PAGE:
When the doors opened to the Mary Barden Keegan Hunger Relief Center twoyears ago, it came as a result of hard work by staff, volunteers and donors tocreate a first-of-its-kind hunger relief center.
Executive director Amy Ragan saysground had not yet been broken when the building's design underwent modifications.
"We were in the final design stages when the hurricane Katrina and the Rita hit. Of course,End Hunger Network was very involved in the response to that, but it made us rethink ourdesign a little bit and to say 'Alright, how can we better prepare this facility so that it is betterable to respond to a disaster.' It always could have, but this gave us the opportunity to rethinkthat, and in doing so, that's when we redesigned windows. They all face north. The facility sitsup very high so that if there was flooding, it would still be able to function and run for the community."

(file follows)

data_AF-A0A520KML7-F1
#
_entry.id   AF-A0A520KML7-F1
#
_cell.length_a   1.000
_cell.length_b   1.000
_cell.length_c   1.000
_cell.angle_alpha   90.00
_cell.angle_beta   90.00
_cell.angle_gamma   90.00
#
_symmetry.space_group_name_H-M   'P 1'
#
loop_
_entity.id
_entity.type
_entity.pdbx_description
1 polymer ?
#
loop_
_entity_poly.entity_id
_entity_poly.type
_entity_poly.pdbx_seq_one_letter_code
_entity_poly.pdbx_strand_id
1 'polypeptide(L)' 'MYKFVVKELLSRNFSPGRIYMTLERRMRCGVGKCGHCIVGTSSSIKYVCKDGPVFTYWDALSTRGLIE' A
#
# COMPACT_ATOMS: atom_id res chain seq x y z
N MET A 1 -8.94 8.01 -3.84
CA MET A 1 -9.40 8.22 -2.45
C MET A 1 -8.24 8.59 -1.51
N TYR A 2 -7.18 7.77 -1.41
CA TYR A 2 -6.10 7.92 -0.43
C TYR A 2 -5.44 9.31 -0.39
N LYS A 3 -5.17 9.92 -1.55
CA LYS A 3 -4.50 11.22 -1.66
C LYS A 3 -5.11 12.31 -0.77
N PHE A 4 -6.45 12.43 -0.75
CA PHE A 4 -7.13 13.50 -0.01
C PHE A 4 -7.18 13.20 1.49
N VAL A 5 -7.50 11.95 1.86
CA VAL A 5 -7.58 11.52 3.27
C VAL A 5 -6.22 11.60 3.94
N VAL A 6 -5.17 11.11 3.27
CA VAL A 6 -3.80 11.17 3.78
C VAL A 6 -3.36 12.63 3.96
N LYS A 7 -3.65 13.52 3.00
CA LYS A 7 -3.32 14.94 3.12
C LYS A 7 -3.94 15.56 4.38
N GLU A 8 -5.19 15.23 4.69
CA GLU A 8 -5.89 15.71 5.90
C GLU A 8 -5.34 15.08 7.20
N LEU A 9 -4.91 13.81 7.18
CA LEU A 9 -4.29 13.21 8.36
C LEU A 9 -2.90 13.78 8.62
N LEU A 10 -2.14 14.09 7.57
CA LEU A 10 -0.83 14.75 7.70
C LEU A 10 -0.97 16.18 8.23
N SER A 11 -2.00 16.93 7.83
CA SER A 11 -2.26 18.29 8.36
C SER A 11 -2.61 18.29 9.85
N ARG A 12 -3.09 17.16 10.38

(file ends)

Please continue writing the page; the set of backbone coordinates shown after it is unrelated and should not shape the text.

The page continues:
She lead me on a tour and straight to the heart of the facility.
"This is our kitchen, thirty-seven hundred square feet. It's a commercial kitchen with commercialequipment and it is in this facility we've got the production tables, we've got an oven, blast chillers,commercial equipment. We also have some tilt skillets and a kettle."
Food preparations are the responsibility of Head Chef Jose Montoya.
"Is it a specific meal that you all plan every day?" "It all depends, we have a menu that we come upevery week. Once these meals are prepared, we put them in boxes like the ones we have overthere on that table, and from there, they're going to the freezer. Ready to heat up? Ready to heatup."
Network director Ragan says everyone is proud of the building that houses allaspects, from administration to production.
"There is not a facility like it in the Americas' Second Harvest Network anywhere in the country.What's unique about ours is that it is such a high volume facility. We produced over a millionindividual meals out of this facility last year alone."
She says the facility has room to expand if need be, providing the difference between hunger and hope for thousands every day.
Pat Hernandez. KUHF- Houston Public Radio News.